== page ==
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Relationship between Vestibular Dysfunction and Cognitive Impairment in Elderly Patients: Peripheral Vertigo or Central Vertigo

Background: Recent research suggests an association between vestibular impairment and cognitive impairment. Mild cognitive impairment (MCI) and dementia patients are associated with increased rate of vestibular loss. The vestibular system consists of the peripheral vestibular organs and the associated extensive vestibular cortical pathway. We investigate whether vertigo (peripheral vertigo or central vertigo) is correlated with an increased risk of dementia or MCI and clinical relevance of vertigo types.

Methods: From August 2019 to January 2020, 300 patients, aged ≥ 32 years and vertigo with/without cognitive impairment symptoms were retrospectively enrolled. A logistic regression analysis was performed for vertigo types that showed a significant difference between dementia/MCI and non cognitive impairment groups. First, we reviewed vertigo with previous diagnosed 177 dementia/ MCI and 123 non cognitive impairment control groups, and the differences in relevance of vertigo types between these groups were examined. Second, the patients with vertigo were classified into 2 groups: peripheral (Acute vestibular neuritis, Meniere's disease, Benign paroxysmal positional vertigo, Autonomic related vertigo, and so on) or central (Stroke, Vertiginous migraine and Epilepsy vertigo) types. Third, dementia groups included AD, VaD and Mixed types. Finally, this study evaluated risk factors for vertigo in cognitive impairment patients.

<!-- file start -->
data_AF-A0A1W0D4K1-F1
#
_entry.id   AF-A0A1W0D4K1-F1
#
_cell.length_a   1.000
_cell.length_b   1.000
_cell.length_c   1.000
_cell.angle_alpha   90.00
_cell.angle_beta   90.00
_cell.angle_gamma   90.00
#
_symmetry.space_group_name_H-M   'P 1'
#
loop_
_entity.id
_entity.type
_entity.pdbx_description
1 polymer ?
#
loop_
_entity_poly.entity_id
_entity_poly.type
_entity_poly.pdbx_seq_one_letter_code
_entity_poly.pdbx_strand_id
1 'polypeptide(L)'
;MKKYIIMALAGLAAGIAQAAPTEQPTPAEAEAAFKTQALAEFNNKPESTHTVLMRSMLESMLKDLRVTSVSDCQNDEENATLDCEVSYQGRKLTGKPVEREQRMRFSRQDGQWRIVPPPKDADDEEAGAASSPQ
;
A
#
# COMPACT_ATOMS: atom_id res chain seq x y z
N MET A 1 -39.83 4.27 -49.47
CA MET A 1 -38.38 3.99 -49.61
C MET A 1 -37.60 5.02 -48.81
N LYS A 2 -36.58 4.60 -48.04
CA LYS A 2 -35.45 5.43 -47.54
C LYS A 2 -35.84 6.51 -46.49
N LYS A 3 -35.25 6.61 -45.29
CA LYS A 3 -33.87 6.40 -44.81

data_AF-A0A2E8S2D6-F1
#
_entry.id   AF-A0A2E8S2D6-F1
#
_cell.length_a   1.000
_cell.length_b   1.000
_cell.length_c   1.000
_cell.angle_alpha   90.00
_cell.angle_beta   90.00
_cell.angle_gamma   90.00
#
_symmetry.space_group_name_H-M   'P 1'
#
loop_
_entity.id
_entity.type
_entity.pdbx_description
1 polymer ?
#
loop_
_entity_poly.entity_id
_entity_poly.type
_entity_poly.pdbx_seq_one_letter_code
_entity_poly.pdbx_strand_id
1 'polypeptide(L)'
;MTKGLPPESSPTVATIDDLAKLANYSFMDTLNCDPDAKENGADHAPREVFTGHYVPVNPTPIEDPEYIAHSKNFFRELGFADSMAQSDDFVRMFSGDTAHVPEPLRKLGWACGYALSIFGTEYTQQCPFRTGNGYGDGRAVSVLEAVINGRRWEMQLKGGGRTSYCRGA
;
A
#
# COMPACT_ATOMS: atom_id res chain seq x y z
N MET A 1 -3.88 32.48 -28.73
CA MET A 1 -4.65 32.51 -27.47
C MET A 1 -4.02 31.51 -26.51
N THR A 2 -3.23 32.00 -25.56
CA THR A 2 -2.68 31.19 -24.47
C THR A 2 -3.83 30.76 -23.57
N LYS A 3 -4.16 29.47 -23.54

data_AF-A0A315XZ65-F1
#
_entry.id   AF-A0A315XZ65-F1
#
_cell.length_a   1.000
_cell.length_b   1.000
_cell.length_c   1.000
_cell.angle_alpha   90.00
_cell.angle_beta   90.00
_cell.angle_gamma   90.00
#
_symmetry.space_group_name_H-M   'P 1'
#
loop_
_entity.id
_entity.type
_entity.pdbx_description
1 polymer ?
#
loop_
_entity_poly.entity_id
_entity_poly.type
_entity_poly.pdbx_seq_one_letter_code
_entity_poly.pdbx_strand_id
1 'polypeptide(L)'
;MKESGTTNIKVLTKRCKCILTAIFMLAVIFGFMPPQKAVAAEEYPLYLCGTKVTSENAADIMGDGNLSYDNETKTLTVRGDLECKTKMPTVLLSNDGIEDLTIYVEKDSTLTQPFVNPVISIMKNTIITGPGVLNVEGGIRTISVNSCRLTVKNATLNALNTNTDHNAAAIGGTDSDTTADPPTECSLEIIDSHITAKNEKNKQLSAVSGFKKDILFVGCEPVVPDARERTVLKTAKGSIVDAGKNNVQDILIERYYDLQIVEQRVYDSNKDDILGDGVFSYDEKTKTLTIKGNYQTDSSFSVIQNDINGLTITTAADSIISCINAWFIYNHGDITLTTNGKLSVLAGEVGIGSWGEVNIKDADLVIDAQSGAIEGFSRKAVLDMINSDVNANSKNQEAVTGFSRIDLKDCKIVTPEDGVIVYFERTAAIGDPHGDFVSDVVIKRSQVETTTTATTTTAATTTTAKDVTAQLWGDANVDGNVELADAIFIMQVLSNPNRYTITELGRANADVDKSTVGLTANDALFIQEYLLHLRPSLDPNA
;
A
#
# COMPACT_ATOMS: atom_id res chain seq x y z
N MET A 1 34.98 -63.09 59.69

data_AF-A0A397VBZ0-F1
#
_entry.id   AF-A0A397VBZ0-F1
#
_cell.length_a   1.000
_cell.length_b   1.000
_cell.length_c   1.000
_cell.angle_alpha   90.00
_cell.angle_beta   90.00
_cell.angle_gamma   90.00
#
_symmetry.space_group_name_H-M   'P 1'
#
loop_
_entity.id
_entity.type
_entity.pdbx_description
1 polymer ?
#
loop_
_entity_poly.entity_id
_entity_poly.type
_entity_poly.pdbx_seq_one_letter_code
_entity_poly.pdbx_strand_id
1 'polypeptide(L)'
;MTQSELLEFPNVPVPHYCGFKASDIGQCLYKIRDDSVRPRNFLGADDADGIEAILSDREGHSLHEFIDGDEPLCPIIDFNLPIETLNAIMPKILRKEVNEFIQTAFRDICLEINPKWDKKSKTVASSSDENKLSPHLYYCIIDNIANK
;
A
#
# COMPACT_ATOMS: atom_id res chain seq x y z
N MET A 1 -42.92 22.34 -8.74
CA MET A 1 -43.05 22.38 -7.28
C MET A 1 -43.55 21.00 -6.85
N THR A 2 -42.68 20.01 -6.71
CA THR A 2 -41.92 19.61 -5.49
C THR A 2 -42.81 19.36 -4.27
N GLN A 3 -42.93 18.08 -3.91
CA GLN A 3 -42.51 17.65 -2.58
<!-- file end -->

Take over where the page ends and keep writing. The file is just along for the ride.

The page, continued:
Results: Among 177 MCI/dementia patients with a mean age of 75.30 years, 56 (31.63%) developed vertigo. The frequency of vertigo types (peripheral vertigo or central vertigo) was different in dementia with vertiginous patients compared to non dementia/MCI groups {peripheral vertigo 14.70% vs. 79.70%; central vertigo 18.10% vs. 24.40%}. In this study, total 56 vertigo patients were divided into two groups based on peripheral type (n=31) or central type (n=25). Among, 300 patients with vertigo, there was that negative relevance in cognitive impairment patients and peripheral vertigo groups compared to positive relevance in MCI/ dementia patients and central vertigo types {odds ratio (OR) 52.73 vs 8.71; 95% confidence interval (CI) 23.08-120.45 and 3.55-21.39, respectively].

Conclusion: The classification of vertigo is different depending on dementia/MCI or not. The proportion of central vertigo has a tendency to positive relevance with cognitive impairment groups. The findings of our study may provide direction for potentially useful diagnostic tests and vestibular-targeted therapy such problem in cognitive impairment patients. 


Jong Yoon Lee

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